In the immediate aftermath of the first COVID-19 emergency orders, property managers were forced to pivot quickly to protect their residents and staff and ensure business continuity amid lots of uncertainty.
To find out what changes they made in the short term, we conducted an initial survey with over 3,000 property management professionals
Since then, many property management companies have made more adjustments to adapt to the “new normal,” and have even begun to look forward and plan for the post-pandemic future. As a follow-up, we reached back out to survey respondents for a second time to learn more about how their priorities have shifted as a result of the pandemic, how they see the future outlook for their business, and what changes they believe might be permanent.
During the month of April, we heard from over 1,000 property management professionals. Check out a few of the most notable takeaways from our survey results in the infographic below, or scroll to the bottom for the full summary.
Property Management Companies Are Making the Most of Remote Work
At 81%, the vast majority of survey respondents indicated their companies had at least some staff working remote. Of those businesses, about 50% of their staff is working remotely.
About 50% also shared that their companies have increased their dependence on remote working technology, such as video conferencing software.
However, transitioning to digital processes has not been without its own unique challenges.
When asked about their top challenges surrounding technology, all three of the most popular responses were issues that affected their team’s ability to work remotely.
Not being able to complete tasks remotely was the top challenge, with 17% facing this issue. Key business processes not being digital was second at 16%, and an overall lack of defined processes and workflows was in third with 15%.
Many technology-related inefficiencies which companies were able to deal with before the pandemic have now become critical issues for business continuity. Workarounds are no longer an option, and many companies have actually taken the opportunity to re-examine these business processes. Many have even uncovered opportunities to streamline their workflows and keep remote teams productive by providing access to the tools and information they need to get work done from anywhere.
Virtual Showings Have Become a Top Priority
Although social distancing requirements have created new challenges for leasing teams, they have turned to new technology solutions to keep leasing operations underway.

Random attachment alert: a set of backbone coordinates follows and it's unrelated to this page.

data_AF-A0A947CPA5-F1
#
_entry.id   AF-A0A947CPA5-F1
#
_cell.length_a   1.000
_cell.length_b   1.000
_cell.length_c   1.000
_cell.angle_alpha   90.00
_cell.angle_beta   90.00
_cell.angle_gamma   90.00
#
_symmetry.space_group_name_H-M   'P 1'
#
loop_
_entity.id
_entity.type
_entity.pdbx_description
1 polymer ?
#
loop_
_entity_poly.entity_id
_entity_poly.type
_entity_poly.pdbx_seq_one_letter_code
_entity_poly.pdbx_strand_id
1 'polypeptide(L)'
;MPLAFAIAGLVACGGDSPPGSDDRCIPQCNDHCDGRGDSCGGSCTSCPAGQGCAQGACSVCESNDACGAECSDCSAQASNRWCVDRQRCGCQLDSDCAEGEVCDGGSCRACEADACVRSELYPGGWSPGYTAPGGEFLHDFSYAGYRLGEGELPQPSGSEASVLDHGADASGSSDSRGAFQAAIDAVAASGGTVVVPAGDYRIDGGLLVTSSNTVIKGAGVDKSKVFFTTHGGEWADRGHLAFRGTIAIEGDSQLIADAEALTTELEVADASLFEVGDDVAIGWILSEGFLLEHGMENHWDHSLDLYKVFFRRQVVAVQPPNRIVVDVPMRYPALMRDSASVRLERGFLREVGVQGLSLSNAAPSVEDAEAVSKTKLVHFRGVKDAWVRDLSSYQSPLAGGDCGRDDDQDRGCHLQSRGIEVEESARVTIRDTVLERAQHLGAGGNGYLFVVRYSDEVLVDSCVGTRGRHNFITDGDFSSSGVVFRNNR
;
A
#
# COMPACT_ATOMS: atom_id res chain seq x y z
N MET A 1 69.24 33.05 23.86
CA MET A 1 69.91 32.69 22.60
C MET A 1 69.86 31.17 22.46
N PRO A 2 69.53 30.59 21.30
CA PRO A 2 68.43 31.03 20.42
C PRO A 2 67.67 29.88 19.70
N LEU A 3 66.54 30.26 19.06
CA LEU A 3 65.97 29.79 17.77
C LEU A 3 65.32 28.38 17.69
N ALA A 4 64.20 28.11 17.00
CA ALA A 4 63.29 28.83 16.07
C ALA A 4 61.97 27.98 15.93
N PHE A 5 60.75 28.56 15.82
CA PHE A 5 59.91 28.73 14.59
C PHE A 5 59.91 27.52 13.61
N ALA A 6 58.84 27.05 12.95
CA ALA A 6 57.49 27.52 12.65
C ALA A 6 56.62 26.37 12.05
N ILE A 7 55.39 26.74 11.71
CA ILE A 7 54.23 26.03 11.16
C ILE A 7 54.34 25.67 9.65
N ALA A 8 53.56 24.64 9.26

71% of survey respondents said their priority for implementing virtual showings has increased. In addition, 53% have already increased their dependence on this technology.
But property managers view virtual showings as more than just an immediate solution to a short-term problem — 64% of survey respondents actually said they believe virtual showings are here to stay, even after the need for social distancing subsides.
Property Managers Are Looking to the Future
In addition to taking action in the short term to overcome obstacles in their path, property management companies have also begun planning a new path forward to sustain their business in the post-pandemic future. Here are a few of the most interesting ways companies have begun to look ahead.
Virtual showings are not the only new technology here to stay after COVID-19. When asked which changes they believed would be permanent, 87% chose bulk email/text messaging. Mobile data access was also a popular answer at 84%.
Steps to Prepare
The steps that property management companies are taking now to prepare for the future have also shifted due to COVID-19. Many companies are seizing this time of disruption as an opportunity to make their technology and business processes more efficient, as the shift online has exposed challenges in their business that they can no longer afford to work around. The most common step they are taking to prepare for the future is streamlining and automating business processes — 48% plan to do this. 46% will adopt new technology, and 28% will retrain or cross-train their staff. All of these changes will lead to greater efficiency long-term.
Changes to Business Priorities
Along with the increased priority businesses are placing on virtual showings (71% increased this priority), a few other areas have also emerged as new priorities. 50% of survey respondents said they have increased their priority on expense control, 43% have increased the priority of resident retention, and 43% have increased the priority of paperless leasing.
The only area where respondents had noticeably decreased priority was hiring — 30% said they are placing less priority in this area.
Now that COVID-19 has changed so much for the property management industry, the definition of success has shifted as well. The top three outcomes that survey respondents were focused on include increasing or stabilizing occupancy (27%), collecting rent (21%), and leasing vacant units (16%).
Overall, Property Managers Have A Positive Outlook for the Future
For the most part, the property management professionals we surveyed were cautiously optimistic about the future of their businesses. 66% said that they had either a positive or very positive outlook, and only 4% were pessimistic. This is due largely to the ingenuity and innovation that property managers have shown in recent months — by leveraging new technology quickly to adapt to the new normal, they have continued to provide excellent service while prioritizing the health and safety of their residents and staff.